First days in CuscoReading Time: 4 minutes
Before we tell you stories from Peru it’s worth mentioning our failure. Only after some time, it turned out to be a funny story. Having no access to the internet in Planet Costa Rica (you can read our experience here) we totally mixed up the dates and missed our flight from San Jose to Lima and the one after from Lima to Cusco. That meant catching another two but luckily the prices weren’t so high.
Note: In order to leave Costa Rica, we had to pay Exit Tax 29$(~22.5£)
BEST TIME TO VISIT
Everyone says from May till October is the best time to visit. During these months there is a small chance of rain but the temperature will drop. Our friends travelled in July and Rainbow Mountain was covered with snow – this can seriously affect the journey. Our trip was planned at the end of April, right before the peak season. In our opinion, this is the ultimate time to plan an itinerary. Expect a lot of rain between November and April. From our experience, we would recommend avoiding Easter. Semana Santa is the most celebrated holiday all across Latin America. This means lots of traffic, delayed journeys, processions etc.
WHERE TO START
Cusco needs no introduction. One thing to mention that centuries ago it used to be a capital of the Inca Empire. Nowadays it attracts thousands of tourists per year because of its rich history and ancient ruins. The culture of indigenous people here is still alive. There is so much to do in the city and around. The whole region around Cusco, Machu Picchu and villages nearby are called The Sacred Valley. Why Sacred? You have to visit and experience it yourself. Words and pictures don’t do it justice but here is the short story of our trip.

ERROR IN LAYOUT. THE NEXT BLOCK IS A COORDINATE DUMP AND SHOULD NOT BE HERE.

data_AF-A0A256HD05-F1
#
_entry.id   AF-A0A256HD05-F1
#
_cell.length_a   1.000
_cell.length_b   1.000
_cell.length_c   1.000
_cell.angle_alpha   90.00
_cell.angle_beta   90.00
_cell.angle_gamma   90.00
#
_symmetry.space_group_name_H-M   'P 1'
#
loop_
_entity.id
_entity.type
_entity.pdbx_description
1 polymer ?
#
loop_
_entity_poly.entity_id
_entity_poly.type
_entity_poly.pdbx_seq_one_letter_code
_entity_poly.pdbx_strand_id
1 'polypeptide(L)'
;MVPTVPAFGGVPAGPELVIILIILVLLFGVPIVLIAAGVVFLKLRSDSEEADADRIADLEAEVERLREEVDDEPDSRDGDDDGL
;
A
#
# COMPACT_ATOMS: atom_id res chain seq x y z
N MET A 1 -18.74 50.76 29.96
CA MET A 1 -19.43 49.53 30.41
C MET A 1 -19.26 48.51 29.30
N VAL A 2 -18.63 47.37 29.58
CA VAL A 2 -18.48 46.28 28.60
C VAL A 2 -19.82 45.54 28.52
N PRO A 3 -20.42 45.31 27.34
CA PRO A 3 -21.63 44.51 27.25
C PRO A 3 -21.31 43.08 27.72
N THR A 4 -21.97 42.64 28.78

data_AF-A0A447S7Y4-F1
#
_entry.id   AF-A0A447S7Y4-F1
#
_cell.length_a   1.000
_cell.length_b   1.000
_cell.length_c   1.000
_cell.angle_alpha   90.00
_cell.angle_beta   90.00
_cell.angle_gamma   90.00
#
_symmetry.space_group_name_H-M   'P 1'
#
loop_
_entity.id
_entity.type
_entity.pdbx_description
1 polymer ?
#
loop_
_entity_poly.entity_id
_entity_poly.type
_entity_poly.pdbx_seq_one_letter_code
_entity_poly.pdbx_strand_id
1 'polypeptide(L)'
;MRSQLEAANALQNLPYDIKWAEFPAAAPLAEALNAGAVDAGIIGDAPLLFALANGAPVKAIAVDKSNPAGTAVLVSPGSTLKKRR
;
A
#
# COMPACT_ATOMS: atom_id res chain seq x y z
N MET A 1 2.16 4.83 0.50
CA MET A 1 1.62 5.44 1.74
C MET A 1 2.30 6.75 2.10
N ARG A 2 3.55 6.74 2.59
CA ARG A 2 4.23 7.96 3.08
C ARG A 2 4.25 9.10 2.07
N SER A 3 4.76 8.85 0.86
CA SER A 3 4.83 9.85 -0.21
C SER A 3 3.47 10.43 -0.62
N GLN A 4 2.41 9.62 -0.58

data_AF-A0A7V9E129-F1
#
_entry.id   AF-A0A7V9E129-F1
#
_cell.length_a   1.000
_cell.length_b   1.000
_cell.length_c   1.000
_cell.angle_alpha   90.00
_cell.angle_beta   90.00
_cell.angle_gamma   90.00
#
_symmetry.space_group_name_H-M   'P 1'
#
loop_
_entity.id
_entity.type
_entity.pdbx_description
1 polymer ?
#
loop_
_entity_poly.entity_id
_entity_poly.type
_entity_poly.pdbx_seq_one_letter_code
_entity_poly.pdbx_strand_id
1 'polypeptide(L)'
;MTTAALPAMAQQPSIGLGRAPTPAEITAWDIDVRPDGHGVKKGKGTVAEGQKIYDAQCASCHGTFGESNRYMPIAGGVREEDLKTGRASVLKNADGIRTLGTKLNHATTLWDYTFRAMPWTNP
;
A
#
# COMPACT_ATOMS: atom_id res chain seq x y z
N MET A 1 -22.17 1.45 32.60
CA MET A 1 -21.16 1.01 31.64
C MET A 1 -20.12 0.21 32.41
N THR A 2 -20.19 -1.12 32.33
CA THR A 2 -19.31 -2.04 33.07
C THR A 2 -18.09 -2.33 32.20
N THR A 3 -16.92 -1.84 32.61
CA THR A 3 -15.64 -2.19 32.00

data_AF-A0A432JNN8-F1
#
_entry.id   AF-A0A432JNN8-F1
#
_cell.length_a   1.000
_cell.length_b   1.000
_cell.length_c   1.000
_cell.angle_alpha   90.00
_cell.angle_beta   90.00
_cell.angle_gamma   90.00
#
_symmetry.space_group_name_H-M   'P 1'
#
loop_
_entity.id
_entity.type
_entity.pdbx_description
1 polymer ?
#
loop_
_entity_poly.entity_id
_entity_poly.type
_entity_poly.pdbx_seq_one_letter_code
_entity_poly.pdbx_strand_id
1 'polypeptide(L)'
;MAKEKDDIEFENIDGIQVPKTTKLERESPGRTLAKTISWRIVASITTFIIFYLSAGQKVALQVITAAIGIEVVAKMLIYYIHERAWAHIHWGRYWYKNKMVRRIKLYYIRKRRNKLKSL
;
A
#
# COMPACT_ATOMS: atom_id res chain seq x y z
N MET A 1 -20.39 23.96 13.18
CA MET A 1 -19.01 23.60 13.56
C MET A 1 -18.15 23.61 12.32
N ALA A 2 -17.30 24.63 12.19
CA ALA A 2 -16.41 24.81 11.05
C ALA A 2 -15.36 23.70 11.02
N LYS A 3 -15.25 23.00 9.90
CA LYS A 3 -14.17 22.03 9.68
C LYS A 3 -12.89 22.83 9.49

Cusco sets on 3,399 meters above the sea level. That being said, you will need some time to acclimatize with the altitude. Don’t attempt any hikes or tours for at least two days. Take this time to wander around and drink Mate de coca to help you ease altitude sickness and problems with digestion.
Planning to visit Machu Picchu? Consider a limited number of tickets (2500 per day) and book it in advance! For some reason, it is very difficult to book it online. We found the best guidance here.
THINGS DO TO IN THE CITY
- Plaza de Armas: the main square with lots of souvenir shops and restaurants, a great place to absorb the history of the city, watch Inca traditional people and the old buildings dating colonial times,
- San Blas: the most picturesque neighbourhood of Cusco, narrow streets will lead you to the most bohemian places in town, lots of charming cafes with stunning views,
- Artesanias Llancaqmaki: don’t forget about artisan markets in Peru! – lots of vendors display souvenirs and Quechua clothing, that’s where we got our ponchos from!
- Eat traditional food: we found so many great restaurants with local food, plenty of vegan versions available, not to mention everything was super cheap and delicious!
- Try Peruvian coffee: we are coffee lovers and we urge you to visit at least a few coffee shops in Cusco, their coffee is incredible!
WHERE TO STAY
- Backpacker La Bo’M: cool owner and affordable rooms, perfect location and super cosy cafe
- Pariwana Hostel: perfect for solo travellers, they organise little parties so beware of drinking alcohol day before hiking!
- Kokopelli Hostel: mid-range hostel with some of the best designs, the staff is really helpful and will help to organise lots of tours,
- Airbnb: lots of affordable options with the walking distance to San Blas,
WHERE TO EAT
- Green Point: do yourself a favour and visit this plant-based joint at least once and you will be spoilt by Menu del Dia for 15S(~3.5£), don’t leave without having Tiramisu!
- Vida Vegan Bistro: probably the best quinoa soup in town, we also had Causa – traditional starter made from potatoes and avocado,
- Govinda Lila: Menu del Dia costs only 10S(~2.35£), located in the local supermarket, prepare for an authentic experience with locals!
- Shaman Restaurant: simple and cheap, yet healthy and delicious food, most of the dishes are raw and gluten-free, good value for money,
- Prasada: a mix of western and Indian food, they exchange meals for jacket or sleeping bag, the best Pad Thai in town!